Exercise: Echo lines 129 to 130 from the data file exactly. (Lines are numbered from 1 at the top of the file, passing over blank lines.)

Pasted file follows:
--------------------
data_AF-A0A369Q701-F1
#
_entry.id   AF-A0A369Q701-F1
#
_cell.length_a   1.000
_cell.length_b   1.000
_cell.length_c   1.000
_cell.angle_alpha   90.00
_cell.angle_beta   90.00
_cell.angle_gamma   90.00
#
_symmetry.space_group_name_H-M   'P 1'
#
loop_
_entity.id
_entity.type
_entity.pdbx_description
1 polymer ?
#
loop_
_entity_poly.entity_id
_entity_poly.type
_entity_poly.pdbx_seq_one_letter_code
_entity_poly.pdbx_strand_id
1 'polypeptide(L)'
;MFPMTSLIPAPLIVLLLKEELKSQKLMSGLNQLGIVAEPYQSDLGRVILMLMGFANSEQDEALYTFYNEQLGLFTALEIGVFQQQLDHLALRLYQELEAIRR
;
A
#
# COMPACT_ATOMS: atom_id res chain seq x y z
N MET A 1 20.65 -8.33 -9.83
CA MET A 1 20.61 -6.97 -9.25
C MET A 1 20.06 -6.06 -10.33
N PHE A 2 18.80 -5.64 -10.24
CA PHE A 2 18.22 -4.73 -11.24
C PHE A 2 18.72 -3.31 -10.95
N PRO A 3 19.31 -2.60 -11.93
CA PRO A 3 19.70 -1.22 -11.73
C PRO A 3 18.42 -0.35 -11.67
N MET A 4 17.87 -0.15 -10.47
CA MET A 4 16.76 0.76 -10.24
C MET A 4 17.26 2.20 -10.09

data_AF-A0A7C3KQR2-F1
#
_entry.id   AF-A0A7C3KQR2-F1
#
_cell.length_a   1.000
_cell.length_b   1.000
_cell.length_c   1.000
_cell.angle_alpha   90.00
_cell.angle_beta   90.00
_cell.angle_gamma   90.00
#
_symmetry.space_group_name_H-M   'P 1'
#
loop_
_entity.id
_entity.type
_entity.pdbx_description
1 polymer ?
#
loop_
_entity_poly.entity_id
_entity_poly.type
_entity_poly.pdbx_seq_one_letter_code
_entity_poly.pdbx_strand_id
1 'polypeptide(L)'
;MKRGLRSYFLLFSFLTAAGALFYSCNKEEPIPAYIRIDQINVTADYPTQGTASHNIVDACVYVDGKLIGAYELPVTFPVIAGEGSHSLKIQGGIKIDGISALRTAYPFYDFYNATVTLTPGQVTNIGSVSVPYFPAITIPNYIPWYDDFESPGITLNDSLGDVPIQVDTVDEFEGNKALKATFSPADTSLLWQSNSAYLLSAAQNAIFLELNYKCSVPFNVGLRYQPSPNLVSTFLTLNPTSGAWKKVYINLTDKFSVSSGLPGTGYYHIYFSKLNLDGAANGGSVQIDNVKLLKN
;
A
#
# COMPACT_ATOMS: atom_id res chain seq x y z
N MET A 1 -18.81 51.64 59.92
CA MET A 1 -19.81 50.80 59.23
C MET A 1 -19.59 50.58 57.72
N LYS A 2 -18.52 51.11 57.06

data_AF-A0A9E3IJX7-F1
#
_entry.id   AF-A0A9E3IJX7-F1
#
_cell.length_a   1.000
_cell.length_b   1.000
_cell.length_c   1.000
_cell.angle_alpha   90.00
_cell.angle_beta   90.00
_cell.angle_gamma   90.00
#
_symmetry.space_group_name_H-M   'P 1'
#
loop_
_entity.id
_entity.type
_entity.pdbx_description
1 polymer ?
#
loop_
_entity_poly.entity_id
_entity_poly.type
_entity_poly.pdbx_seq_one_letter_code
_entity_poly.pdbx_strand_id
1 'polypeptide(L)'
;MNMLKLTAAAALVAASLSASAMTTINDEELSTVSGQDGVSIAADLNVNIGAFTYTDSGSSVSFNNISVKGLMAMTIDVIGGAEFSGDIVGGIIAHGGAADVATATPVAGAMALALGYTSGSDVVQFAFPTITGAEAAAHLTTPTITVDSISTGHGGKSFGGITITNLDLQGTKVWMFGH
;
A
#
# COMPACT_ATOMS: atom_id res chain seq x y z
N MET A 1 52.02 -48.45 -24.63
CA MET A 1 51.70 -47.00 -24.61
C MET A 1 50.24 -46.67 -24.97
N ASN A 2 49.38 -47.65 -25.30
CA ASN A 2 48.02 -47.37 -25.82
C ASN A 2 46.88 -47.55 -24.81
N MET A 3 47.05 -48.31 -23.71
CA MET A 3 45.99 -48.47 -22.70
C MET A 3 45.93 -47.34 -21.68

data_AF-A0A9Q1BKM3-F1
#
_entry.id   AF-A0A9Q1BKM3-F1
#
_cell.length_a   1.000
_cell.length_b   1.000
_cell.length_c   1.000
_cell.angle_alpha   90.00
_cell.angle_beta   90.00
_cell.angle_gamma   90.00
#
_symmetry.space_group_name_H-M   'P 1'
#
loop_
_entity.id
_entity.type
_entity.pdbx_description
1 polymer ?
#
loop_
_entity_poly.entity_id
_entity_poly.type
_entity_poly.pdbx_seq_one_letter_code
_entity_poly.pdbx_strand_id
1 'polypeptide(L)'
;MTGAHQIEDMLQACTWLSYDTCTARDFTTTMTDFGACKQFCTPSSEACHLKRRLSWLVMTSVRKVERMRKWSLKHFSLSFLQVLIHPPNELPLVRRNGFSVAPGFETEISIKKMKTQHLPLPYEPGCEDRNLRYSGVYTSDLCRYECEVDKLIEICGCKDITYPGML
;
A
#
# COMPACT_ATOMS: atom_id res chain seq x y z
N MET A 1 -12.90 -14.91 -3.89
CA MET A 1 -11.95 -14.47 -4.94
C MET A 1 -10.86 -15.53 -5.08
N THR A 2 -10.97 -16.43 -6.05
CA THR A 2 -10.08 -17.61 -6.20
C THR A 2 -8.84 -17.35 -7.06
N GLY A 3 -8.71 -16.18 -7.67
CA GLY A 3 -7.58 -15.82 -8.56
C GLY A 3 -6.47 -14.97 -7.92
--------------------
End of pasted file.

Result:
loop_
_entity.id